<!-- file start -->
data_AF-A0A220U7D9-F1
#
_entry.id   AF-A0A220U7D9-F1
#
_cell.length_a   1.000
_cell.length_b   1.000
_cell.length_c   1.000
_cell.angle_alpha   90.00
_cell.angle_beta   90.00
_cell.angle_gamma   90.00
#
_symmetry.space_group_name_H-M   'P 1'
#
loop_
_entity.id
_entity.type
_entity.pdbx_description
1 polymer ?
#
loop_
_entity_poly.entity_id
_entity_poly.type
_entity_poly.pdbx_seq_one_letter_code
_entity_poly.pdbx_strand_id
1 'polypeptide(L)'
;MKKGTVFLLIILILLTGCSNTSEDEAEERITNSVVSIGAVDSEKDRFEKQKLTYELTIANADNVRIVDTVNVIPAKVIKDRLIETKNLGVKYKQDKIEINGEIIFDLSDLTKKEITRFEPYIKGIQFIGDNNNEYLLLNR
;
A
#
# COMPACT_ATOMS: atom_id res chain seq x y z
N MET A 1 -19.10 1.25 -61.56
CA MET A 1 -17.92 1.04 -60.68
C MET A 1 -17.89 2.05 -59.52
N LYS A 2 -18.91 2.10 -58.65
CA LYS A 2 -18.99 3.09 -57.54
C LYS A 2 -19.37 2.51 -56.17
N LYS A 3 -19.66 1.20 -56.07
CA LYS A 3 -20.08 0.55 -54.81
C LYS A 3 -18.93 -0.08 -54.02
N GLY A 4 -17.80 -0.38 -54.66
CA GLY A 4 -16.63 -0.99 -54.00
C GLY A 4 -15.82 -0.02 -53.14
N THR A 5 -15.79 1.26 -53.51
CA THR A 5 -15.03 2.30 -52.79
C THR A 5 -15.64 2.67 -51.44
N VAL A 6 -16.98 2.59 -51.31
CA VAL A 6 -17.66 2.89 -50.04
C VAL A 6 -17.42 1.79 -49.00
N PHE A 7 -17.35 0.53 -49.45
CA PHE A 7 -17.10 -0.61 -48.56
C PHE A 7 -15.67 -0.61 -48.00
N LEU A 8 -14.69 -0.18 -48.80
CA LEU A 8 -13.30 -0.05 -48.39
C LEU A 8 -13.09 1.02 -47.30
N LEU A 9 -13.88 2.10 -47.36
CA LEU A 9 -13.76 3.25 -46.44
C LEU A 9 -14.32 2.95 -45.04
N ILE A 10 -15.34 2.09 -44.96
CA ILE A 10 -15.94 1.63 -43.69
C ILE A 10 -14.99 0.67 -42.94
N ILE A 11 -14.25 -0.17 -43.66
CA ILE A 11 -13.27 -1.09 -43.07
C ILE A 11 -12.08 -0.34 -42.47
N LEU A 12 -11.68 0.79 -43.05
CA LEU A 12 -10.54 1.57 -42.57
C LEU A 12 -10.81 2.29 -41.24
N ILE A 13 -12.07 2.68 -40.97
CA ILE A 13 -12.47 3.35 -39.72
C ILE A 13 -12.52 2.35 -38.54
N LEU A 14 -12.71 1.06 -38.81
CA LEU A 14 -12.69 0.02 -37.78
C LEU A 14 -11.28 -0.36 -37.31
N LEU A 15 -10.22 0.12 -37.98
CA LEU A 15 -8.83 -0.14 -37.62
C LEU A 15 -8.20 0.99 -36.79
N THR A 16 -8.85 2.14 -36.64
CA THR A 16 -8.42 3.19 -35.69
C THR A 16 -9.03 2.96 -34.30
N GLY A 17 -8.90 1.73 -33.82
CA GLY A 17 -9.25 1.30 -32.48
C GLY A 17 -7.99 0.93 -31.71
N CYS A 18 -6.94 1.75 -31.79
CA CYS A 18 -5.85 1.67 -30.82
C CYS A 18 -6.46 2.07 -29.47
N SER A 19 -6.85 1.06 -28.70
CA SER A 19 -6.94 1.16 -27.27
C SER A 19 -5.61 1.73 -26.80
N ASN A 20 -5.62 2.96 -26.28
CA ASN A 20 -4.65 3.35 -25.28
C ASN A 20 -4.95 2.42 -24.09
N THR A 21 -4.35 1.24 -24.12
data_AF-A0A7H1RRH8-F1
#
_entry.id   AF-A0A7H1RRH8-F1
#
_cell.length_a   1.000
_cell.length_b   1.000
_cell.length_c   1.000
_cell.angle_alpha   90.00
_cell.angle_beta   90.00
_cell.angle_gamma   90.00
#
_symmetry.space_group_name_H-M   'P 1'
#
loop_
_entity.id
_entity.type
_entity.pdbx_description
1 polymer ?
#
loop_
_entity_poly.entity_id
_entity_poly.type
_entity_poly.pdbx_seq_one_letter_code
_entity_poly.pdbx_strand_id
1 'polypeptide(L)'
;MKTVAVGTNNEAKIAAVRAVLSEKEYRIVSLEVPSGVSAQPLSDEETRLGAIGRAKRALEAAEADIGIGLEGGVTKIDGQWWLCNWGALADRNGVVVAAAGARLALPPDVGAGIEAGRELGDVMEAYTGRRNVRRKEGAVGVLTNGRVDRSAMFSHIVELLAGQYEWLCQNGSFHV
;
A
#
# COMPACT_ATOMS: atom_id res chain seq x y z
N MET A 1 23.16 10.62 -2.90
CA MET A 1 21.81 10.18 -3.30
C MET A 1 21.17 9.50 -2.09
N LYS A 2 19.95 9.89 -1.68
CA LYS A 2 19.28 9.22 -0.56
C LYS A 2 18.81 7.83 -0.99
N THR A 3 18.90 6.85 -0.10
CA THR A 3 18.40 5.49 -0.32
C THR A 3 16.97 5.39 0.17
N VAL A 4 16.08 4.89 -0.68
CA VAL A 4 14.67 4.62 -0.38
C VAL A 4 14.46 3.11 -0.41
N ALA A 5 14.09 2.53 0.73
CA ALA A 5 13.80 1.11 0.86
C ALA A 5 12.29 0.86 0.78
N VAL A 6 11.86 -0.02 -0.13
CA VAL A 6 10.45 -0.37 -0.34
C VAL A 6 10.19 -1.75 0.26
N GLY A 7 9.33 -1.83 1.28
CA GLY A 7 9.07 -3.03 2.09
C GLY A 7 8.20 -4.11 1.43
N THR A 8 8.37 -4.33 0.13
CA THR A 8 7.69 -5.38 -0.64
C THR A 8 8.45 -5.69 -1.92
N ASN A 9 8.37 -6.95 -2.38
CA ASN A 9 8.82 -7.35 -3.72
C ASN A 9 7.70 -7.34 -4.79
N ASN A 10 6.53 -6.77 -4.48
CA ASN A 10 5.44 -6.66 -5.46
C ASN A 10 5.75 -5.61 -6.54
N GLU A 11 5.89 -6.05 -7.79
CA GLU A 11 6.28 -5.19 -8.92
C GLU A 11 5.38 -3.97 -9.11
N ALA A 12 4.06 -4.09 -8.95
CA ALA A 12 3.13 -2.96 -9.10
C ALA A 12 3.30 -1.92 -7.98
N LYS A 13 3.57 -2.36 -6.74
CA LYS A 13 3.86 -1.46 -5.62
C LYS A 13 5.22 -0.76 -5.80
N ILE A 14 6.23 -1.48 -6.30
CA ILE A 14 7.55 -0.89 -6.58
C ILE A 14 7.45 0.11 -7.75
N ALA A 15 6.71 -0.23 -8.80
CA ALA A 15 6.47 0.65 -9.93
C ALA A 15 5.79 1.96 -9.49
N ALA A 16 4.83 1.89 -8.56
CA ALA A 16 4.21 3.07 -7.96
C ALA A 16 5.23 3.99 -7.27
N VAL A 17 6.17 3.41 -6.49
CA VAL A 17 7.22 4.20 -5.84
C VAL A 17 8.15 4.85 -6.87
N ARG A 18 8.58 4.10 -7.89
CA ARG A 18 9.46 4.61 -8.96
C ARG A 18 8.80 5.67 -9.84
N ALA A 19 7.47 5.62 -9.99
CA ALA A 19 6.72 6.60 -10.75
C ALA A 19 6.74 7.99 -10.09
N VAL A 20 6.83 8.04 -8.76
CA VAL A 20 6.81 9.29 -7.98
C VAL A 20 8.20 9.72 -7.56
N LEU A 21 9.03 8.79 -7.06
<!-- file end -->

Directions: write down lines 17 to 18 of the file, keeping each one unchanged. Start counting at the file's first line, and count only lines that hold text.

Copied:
_entity.pdbx_description
1 polymer ?